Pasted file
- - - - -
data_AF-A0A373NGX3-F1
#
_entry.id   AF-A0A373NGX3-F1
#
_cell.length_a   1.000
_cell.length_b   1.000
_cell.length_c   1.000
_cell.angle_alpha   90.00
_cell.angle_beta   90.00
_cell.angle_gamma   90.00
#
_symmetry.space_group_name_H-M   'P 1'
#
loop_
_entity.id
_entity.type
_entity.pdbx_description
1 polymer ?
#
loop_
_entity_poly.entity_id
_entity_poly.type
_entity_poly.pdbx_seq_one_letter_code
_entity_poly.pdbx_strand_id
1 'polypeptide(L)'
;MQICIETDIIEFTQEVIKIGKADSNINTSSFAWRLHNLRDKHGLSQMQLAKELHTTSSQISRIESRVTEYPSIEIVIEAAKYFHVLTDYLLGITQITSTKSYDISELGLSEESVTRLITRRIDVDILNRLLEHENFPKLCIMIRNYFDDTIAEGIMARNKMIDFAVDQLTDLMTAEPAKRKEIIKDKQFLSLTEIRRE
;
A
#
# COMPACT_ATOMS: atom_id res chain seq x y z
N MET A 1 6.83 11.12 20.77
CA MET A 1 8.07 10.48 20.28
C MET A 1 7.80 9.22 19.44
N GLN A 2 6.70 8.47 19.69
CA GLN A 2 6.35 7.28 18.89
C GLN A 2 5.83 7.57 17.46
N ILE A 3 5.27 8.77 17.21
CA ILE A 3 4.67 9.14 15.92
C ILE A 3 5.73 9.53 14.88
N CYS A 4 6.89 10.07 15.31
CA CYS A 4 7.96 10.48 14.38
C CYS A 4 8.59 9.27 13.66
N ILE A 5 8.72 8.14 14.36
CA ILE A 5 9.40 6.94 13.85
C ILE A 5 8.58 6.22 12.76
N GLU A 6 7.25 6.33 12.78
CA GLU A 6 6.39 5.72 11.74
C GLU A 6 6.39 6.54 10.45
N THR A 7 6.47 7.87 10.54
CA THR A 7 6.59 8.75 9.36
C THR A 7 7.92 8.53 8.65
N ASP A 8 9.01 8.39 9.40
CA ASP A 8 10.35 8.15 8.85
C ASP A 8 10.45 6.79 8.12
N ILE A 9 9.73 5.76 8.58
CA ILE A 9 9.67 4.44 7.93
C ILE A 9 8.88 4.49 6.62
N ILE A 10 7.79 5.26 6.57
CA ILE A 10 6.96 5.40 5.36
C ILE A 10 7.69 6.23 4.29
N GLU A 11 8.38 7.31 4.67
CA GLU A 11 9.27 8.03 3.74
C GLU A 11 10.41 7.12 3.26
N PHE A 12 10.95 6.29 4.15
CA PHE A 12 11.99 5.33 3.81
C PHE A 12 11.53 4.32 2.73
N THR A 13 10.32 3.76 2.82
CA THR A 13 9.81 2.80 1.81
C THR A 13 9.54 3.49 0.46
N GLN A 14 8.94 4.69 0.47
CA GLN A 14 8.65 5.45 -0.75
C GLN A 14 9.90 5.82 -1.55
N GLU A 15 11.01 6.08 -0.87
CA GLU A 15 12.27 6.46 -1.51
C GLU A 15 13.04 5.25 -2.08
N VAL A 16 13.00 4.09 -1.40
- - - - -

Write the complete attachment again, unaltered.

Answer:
data_AF-A0A373NGX3-F1
#
_entry.id   AF-A0A373NGX3-F1
#
_cell.length_a   1.000
_cell.length_b   1.000
_cell.length_c   1.000
_cell.angle_alpha   90.00
_cell.angle_beta   90.00
_cell.angle_gamma   90.00
#
_symmetry.space_group_name_H-M   'P 1'
#
loop_
_entity.id
_entity.type
_entity.pdbx_description
1 polymer ?
#
loop_
_entity_poly.entity_id
_entity_poly.type
_entity_poly.pdbx_seq_one_letter_code
_entity_poly.pdbx_strand_id
1 'polypeptide(L)'
;MQICIETDIIEFTQEVIKIGKADSNINTSSFAWRLHNLRDKHGLSQMQLAKELHTTSSQISRIESRVTEYPSIEIVIEAAKYFHVLTDYLLGITQITSTKSYDISELGLSEESVTRLITRRIDVDILNRLLEHENFPKLCIMIRNYFDDTIAEGIMARNKMIDFAVDQLTDLMTAEPAKRKEIIKDKQFLSLTEIRRE
;
A
#
# COMPACT_ATOMS: atom_id res chain seq x y z
N MET A 1 6.83 11.12 20.77
CA MET A 1 8.07 10.48 20.28
C MET A 1 7.80 9.22 19.44
N GLN A 2 6.70 8.47 19.69
CA GLN A 2 6.35 7.28 18.89
C GLN A 2 5.83 7.57 17.46
N ILE A 3 5.27 8.77 17.21
CA ILE A 3 4.67 9.14 15.92
C ILE A 3 5.73 9.53 14.88
N CYS A 4 6.89 10.07 15.31
CA CYS A 4 7.96 10.48 14.38
C CYS A 4 8.59 9.27 13.66
N ILE A 5 8.72 8.14 14.36
CA ILE A 5 9.40 6.94 13.85
C ILE A 5 8.58 6.22 12.76
N GLU A 6 7.25 6.33 12.78
CA GLU A 6 6.39 5.72 11.74
C GLU A 6 6.39 6.54 10.45
N THR A 7 6.47 7.87 10.54
CA THR A 7 6.59 8.75 9.36
C THR A 7 7.92 8.53 8.65
N ASP A 8 9.01 8.39 9.40
CA ASP A 8 10.35 8.15 8.85
C ASP A 8 10.45 6.79 8.12
N ILE A 9 9.73 5.76 8.58
CA ILE A 9 9.67 4.44 7.93
C ILE A 9 8.88 4.49 6.62
N ILE A 10 7.79 5.26 6.57
CA ILE A 10 6.96 5.40 5.36
C ILE A 10 7.69 6.23 4.29
N GLU A 11 8.38 7.31 4.67
CA GLU A 11 9.27 8.03 3.74
C GLU A 11 10.41 7.12 3.26
N PHE A 12 10.95 6.29 4.15
CA PHE A 12 11.99 5.33 3.81
C PHE A 12 11.53 4.32 2.73
N THR A 13 10.32 3.76 2.82
CA THR A 13 9.81 2.80 1.81
C THR A 13 9.54 3.49 0.46
N GLN A 14 8.94 4.69 0.47
CA GLN A 14 8.65 5.45 -0.75
C GLN A 14 9.90 5.82 -1.55
N GLU A 15 11.01 6.08 -0.87
CA GLU A 15 12.27 6.46 -1.51
C GLU A 15 13.04 5.25 -2.08
N VAL A 16 13.00 4.09 -1.40